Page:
Kennedy: MOMentum provides support for college-age single moms

-- Mark Kennedy
photo Mark Kennedy

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Cara Hicks, a 31-year-old Chattanooga mother of four, has a solid family life and a supportive husband.

But that wasn't always the case.

A dozen years ago, Hicks says, she was an idealistic single mother trying to earn a degree at the University of Georgia.

"Just 2 percent of teen moms graduate college by the time they're 30," says Hicks, the founder of the MOMentum Network, a scholarship and leadership training group formed to support Chattanooga's college-age single mothers.

Put another way, Hicks had only about a one in 50 shot of completing her degree. But she overcame those ominous odds and now hopes to help other young women facing the lonely road of single parenthood.

"I was 18, sitting in an abortion clinic two days before graduating from high school," explains Hicks, who was salutatorian of her class at Dade County (Ga.) High.

She says she prayed for divine guidance and abruptly walked out of the clinic, later giving birth to her son, Jax. She eventually moved to Athens to pursue her college education, she said. After college, Hicks says, she returned to the area and "got plugged into the business community in Chattanooga."

"I wanted to prove folks wrong, to show them that you could succeed as a single mom," she says.

Hicks says she found success in a sales and marketing career, and she eventually met and married a Chattanooga police officer, Montague Hicks. She says she felt called by her faith to start the MOMentum network, which she describes as a combination safety net/support group for single moms.

The organization started with a Facebook pitch two years ago, and one of the young mothers who responded was Kari Roberts, a 27-year-old mother of two who will graduate from the University of Tennessee at Chattanooga with a pre-law degree this spring.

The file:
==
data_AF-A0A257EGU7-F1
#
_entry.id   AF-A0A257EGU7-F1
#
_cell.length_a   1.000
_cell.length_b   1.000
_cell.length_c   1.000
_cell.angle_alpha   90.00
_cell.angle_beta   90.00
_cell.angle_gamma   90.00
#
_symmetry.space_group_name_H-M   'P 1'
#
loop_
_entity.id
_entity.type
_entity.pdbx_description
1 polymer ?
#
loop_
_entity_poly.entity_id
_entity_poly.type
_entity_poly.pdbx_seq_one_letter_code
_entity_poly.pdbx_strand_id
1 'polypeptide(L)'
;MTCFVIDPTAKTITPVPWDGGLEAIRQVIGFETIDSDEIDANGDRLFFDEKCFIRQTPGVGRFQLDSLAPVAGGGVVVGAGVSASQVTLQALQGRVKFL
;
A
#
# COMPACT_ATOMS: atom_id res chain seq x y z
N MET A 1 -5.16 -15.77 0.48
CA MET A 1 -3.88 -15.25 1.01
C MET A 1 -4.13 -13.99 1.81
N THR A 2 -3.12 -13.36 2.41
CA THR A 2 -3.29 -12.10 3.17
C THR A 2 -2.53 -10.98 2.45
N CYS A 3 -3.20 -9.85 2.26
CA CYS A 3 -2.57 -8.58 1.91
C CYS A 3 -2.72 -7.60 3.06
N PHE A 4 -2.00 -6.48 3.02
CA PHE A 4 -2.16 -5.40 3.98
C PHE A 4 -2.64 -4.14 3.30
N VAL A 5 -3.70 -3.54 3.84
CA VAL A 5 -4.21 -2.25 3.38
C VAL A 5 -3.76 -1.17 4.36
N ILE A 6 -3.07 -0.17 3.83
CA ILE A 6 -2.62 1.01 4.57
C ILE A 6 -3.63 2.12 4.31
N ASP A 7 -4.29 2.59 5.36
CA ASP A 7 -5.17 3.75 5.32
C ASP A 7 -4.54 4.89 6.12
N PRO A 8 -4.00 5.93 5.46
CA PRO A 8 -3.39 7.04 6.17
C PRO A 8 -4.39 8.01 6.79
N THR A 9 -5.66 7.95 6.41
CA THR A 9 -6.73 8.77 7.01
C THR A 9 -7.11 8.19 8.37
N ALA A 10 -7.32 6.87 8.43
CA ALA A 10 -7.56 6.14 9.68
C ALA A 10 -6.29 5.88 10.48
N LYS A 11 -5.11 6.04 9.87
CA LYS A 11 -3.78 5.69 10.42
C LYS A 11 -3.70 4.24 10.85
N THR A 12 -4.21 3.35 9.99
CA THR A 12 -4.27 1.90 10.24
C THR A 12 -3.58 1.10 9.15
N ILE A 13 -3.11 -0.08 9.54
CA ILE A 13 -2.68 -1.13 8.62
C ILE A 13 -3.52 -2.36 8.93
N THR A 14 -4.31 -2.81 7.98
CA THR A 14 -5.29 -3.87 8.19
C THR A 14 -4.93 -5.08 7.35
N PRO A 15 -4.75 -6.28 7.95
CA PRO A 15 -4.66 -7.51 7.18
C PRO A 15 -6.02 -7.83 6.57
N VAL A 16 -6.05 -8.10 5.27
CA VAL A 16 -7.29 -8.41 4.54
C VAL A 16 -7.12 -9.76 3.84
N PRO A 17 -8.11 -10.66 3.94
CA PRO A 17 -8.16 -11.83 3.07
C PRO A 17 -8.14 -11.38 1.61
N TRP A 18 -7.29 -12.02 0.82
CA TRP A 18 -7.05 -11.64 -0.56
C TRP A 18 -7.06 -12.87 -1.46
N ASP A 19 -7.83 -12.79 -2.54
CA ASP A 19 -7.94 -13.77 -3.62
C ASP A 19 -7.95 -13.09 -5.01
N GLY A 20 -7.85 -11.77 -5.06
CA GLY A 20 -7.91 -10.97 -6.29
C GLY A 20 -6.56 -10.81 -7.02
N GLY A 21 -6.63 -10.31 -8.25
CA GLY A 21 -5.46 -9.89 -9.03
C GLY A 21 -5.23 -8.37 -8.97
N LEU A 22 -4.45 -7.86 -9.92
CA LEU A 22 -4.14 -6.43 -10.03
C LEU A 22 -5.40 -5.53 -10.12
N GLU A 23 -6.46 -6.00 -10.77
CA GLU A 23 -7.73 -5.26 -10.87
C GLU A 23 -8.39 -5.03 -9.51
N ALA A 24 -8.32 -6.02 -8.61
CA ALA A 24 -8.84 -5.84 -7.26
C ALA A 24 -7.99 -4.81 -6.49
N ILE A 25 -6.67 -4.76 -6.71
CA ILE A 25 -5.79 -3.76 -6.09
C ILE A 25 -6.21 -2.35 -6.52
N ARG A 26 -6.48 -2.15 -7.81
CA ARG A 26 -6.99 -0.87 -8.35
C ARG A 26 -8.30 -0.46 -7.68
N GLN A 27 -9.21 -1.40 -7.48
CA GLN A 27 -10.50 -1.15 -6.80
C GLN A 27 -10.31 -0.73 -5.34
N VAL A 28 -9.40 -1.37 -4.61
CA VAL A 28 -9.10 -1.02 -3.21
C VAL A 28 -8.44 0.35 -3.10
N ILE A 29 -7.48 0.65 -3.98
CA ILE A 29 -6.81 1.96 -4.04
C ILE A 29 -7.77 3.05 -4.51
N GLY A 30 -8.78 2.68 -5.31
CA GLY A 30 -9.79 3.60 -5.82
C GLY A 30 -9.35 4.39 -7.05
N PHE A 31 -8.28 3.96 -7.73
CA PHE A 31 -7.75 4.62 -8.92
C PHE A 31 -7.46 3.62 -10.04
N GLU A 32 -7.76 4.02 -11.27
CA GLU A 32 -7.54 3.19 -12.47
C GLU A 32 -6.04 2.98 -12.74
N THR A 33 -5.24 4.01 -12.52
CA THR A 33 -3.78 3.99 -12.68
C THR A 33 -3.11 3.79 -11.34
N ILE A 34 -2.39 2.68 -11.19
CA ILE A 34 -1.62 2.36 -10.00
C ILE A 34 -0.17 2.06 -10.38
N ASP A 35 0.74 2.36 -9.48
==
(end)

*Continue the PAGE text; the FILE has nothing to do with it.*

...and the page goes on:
Roberts, originally from Whitwell, Tenn., says that after high school she became a nursing student at Tennessee Technological University in Cookeville, Tenn., but dropped out and returned to the Chattanooga area, where she began working as a waitress and got pregnant.

A failed relationship and two children later, Roberts says she found herself contemplating suicide. The night she intended to take her life, she said, her young daughter walked in the room and said, "Mommy, I need you." Roberts set aside her suicidal thoughts.

After re-enrolling in college at UTC, Roberts got a job as a property manager and learned about the MOMentum Network from social media. At first she was dubious about joining the group, but she forced herself to go give it a try.

"At first, I thought: I hate this. I don't even like women. I didn't think anybody wanted to hear my story," Roberts remembers.

Slowly, though, the network had its intended effect, providing a circle of peers and professionals to fill in the networking gaps caused by single motherhood. MOMentum, which is funded by grants and donations, provides small scholarships to its members, but more importantly gives them access to successful role models.

About 60 young mothers have had contact with the group, founder Hicks says, and between seven and 10 are actively involved in the scholarship program at any one time. Members meet twice a month for leadership training and camaraderie.

"When something happens, you have a safety net," Hicks says. "If you broke your front tooth, for example, I have a dentist that will help."

Gathering herself to return to college took a lot of hard work, says Roberts, but now, with a degree in hand, she hopes to go to law school.

"When I started [MOMentum] I had no confidence," Roberts says. "I didn't think I was worth anything. Now, I feel like I'm funny again. I have friends. I have my life back."

That's the whole point, Hicks says.

"When you feel helpless, connect with someone," she says. "Just that very act of faith is a big first step."

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